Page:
Our Humane Police Officers (HPOs) investigate cases relating only to horses or other equine (i.e. donkeys, and mules), that are victims of neglect, abuse, or cruelty. Our officers can only legally respond to calls for incidents that occur in Westmoreland County, PA.
Some Things You Should Know Before Making a Report
Keep in mind that our officers can only address issues that are illegal according to the cruelty laws stated in the PA Crimes Code listed below. Here is what Pennsylvania considers offenses that would relate to horses, under 18 Pa.C.S.A. § 5531–556.
An individual is committing an offense if they fail to provide:
Necessary sustenance and potable water.
Access to clean and sanitary shelter and protection from the weather. The shelter must be sufficient to permit the animal to retain body heat and keep the animal dry.
Necessary veterinary care.
Also, a person commits an offense if the person intentionally, knowingly or recklessly illtreats, overloads, beats, abandons, tortures, or abuses an animal.
You, and we, may not always agree with the way others care for their animals, but, if they are in compliance with the above standards, we cannot base our response on our opinions.
Did you personally observe the incident? You must have first-hand knowledge. Our humane officers cannot investigate second-hand, hearsay, or anonymous reports. We will not share your name or information with anyone unless ordered by a court to do so. However, there are some situations that can only be prosecuted if there is a witness who is willing to testify.
Photographs or videos that are legally obtained are of great value.
If you have read all of the above and feel that someone is in violation of the law, call 724-331-1577 to file a report.
You can also email firstname.lastname@example.org
The following information must be included:
A phone number where you can be reached.
The address/location of the incident. Remember, our officers can only respond in Westmoreland County.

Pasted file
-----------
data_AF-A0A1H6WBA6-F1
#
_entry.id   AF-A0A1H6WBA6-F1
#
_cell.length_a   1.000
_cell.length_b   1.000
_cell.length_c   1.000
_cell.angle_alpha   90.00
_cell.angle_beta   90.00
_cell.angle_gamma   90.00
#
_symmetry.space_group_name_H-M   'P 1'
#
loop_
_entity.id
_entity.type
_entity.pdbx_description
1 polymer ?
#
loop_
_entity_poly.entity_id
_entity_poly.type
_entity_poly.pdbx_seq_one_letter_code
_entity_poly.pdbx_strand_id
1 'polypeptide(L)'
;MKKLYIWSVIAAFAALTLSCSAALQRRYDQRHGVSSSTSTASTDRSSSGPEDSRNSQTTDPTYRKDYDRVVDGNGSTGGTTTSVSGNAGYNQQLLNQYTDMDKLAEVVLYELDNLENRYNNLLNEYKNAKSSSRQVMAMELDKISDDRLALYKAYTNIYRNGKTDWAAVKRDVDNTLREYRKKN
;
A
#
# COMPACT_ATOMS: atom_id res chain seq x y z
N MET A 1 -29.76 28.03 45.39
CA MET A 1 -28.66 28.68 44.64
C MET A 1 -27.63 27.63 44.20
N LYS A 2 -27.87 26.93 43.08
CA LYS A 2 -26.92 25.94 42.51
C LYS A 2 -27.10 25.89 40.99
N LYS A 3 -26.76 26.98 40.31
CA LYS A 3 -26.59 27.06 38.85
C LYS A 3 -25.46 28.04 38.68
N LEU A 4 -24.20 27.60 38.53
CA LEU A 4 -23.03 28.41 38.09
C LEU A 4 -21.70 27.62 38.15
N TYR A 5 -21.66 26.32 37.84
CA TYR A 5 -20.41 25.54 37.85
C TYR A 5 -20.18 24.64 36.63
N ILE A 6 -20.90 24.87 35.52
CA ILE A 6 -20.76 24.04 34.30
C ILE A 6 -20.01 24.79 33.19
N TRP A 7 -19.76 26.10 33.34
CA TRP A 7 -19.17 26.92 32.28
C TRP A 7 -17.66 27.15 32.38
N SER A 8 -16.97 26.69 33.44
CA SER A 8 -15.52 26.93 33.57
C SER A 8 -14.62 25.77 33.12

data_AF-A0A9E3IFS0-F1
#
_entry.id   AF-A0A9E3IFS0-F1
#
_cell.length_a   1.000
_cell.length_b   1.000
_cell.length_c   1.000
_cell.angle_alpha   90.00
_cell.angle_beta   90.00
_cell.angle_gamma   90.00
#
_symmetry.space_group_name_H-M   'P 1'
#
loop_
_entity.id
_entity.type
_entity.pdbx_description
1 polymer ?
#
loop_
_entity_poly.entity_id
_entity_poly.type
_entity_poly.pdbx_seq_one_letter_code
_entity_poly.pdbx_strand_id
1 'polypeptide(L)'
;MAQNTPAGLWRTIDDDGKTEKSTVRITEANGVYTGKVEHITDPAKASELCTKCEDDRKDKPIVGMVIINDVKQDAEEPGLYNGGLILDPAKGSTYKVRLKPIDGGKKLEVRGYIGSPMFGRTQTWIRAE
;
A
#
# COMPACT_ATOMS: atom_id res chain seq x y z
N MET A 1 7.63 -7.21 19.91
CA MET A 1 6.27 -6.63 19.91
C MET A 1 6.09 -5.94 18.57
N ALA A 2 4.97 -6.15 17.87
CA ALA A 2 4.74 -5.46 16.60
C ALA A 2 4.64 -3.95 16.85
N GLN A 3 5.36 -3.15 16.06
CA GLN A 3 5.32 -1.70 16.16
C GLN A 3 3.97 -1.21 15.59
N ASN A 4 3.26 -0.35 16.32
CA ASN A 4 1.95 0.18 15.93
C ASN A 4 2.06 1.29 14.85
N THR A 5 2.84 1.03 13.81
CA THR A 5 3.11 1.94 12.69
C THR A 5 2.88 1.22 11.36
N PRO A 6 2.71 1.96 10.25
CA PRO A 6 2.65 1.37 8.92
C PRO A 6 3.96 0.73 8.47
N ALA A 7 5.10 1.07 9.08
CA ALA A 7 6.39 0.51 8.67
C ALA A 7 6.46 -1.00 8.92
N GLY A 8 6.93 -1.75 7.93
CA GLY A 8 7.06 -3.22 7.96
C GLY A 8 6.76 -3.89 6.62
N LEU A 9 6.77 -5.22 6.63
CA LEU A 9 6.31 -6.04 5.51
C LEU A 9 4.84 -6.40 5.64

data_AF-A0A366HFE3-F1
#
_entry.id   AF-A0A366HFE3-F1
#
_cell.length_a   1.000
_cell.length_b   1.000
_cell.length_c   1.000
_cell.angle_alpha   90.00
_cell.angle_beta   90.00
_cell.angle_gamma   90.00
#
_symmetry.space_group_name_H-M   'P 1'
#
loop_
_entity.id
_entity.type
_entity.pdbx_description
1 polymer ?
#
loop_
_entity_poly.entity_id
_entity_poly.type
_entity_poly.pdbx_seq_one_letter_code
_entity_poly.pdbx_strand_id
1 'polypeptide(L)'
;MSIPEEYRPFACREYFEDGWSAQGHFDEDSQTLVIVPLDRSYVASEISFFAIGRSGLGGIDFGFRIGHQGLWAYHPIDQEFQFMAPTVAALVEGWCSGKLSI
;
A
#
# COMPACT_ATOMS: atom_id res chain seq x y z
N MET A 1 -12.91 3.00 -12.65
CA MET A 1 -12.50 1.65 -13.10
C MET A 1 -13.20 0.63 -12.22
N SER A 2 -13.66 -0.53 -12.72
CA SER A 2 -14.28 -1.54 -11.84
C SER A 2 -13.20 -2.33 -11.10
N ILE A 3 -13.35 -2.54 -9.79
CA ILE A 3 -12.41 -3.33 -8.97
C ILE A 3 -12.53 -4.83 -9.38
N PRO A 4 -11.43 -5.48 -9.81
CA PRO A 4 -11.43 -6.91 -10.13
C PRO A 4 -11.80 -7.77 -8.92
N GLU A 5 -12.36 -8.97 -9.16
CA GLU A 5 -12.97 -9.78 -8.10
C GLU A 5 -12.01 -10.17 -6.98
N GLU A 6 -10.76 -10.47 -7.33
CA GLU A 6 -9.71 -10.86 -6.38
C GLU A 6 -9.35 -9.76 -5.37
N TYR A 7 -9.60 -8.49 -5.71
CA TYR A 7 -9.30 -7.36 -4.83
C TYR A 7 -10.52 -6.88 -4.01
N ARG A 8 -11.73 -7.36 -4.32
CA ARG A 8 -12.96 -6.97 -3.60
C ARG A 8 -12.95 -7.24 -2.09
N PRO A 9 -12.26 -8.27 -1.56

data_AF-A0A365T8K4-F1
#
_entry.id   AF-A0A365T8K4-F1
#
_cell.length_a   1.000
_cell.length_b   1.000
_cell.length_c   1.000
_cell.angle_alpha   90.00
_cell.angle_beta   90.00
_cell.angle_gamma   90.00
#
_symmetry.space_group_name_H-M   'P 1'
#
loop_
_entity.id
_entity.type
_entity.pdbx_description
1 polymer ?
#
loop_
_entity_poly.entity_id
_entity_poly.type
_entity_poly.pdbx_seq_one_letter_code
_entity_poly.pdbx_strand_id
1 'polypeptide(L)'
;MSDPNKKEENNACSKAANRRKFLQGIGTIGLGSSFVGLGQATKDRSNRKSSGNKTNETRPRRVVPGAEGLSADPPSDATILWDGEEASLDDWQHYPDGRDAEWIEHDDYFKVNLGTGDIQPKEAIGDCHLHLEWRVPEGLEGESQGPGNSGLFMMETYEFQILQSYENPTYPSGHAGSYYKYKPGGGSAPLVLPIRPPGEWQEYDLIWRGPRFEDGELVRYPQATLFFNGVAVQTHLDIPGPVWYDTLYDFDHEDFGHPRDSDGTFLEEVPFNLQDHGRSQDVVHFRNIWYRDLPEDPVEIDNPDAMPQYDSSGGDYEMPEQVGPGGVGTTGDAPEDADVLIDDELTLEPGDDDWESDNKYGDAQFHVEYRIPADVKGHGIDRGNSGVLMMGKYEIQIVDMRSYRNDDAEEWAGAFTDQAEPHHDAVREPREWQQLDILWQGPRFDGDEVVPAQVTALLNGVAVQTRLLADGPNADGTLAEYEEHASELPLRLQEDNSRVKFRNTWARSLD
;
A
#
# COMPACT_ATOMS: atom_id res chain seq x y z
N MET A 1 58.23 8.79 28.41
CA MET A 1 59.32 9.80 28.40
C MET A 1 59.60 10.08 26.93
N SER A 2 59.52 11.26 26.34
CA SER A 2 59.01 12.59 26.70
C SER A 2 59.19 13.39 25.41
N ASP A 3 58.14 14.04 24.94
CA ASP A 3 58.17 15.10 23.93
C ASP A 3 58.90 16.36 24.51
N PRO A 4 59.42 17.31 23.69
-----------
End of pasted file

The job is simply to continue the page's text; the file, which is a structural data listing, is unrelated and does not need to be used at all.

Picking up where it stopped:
Your relationship to the people or person you are reporting.
A detailed description of what you observed or witnessed.
What Happens After The Report is Made
Our officers will begin an investigation. Please do not call and ask for information or details regarding the outcome of the investigation. Active investigations must be handled properly and disclosing information can compromise the case and/or violate the legal rights of the individuals. If the officer needs more information, he or she will contact you.
Second Chance Equine Association
SCEA Humane Police Officers
Paul has been a humane police officer with SCEA for four years and he has been involved with SCEA since its formation. He has an extensive background in equine studies and practice. Paul has studied Animal Sciences at the University of Kentucky and Agricultural Sciences at the Ohio State University. He has worked at the Equine Referral Clinic in Iowa as an equine surgical and critical care technician. Paul has competed on a national level in 3-day eventing and is a "Graduate A" of the US Pony Club. He managed the horse facilities at the Rolling Rock Club and has been a horse owner and enthusiast all of his life.
Erin Cassidy has been working as a Humane Police Officer since 2017. She has extensive training and experience and has been very successful in the prosecution of humane cases. Erin believes that quality of life and the best outcome for the animals, whether through education and assistance, or law enforcement, is always the primary goal of humane work. Erin cares for her own horses and cows at home, and continues her pursuit of equine education through SCEA.
Aundrea is the latest addtion to SCEA's Humane Police Officers. She has three years experience as an HPO for the Humane Society of Westmoreland County and Paw Across Pittsburgh. Aundrea and is a welcome addition to our team.